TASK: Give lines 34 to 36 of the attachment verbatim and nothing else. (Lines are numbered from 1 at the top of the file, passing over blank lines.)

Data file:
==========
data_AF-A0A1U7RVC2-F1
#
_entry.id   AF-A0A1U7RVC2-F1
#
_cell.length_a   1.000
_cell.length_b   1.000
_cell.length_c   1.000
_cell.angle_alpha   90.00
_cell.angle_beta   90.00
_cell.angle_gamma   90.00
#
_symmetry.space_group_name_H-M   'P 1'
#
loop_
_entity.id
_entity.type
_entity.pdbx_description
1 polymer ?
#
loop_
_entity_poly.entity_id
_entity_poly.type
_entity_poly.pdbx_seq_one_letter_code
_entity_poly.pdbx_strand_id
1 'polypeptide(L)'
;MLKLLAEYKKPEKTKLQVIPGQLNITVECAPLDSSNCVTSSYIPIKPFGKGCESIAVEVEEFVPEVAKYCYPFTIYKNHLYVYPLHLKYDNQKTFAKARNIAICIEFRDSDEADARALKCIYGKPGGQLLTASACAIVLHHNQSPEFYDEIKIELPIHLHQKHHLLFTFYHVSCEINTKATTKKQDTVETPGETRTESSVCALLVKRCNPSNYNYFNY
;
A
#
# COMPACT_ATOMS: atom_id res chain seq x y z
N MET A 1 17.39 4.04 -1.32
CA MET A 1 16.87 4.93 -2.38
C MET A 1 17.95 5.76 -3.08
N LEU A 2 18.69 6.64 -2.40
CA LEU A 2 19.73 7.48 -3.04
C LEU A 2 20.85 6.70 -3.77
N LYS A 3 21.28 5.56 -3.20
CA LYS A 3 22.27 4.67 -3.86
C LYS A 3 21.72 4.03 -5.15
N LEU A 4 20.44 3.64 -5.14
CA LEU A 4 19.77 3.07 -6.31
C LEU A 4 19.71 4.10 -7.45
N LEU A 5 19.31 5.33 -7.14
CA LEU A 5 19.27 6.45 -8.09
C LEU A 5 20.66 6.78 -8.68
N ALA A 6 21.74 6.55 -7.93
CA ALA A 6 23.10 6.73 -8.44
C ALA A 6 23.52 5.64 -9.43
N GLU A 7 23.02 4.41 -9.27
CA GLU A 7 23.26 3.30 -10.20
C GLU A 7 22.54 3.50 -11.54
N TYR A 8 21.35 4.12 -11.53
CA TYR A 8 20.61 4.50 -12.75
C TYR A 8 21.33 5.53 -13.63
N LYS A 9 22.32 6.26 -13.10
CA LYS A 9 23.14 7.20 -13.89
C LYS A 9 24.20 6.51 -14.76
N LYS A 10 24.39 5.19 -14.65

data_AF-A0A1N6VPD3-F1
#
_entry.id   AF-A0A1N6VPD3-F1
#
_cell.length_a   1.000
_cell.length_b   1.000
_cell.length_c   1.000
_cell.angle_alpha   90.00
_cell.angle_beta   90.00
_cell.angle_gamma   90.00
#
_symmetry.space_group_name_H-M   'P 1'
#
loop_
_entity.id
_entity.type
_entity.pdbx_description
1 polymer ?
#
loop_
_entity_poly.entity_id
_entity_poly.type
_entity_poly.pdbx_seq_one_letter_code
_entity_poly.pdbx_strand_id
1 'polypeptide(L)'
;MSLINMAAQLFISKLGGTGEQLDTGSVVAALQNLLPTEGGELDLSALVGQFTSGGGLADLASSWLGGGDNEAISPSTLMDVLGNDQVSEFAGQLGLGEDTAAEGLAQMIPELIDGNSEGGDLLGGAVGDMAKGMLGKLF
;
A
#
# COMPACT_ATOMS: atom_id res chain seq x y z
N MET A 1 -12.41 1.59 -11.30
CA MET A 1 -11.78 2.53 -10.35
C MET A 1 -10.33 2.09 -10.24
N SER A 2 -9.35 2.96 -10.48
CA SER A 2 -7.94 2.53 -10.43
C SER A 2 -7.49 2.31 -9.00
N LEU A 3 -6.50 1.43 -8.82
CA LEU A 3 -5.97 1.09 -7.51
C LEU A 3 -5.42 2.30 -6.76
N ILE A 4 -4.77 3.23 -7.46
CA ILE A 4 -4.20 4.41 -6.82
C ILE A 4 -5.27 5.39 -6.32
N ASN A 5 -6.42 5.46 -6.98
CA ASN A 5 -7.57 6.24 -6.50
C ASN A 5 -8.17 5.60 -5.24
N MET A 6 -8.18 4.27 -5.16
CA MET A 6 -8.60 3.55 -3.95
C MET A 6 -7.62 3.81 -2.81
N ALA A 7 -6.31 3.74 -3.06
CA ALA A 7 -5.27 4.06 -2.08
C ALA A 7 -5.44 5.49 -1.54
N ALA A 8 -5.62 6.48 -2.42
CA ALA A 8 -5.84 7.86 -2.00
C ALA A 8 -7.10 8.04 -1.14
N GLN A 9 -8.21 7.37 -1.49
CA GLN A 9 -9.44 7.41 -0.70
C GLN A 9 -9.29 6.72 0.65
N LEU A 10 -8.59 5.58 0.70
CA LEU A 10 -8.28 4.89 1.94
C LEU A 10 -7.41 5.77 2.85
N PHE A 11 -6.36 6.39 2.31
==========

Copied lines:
N LEU A 2 18.69 6.64 -2.40
CA LEU A 2 19.73 7.48 -3.04
C LEU A 2 20.85 6.70 -3.77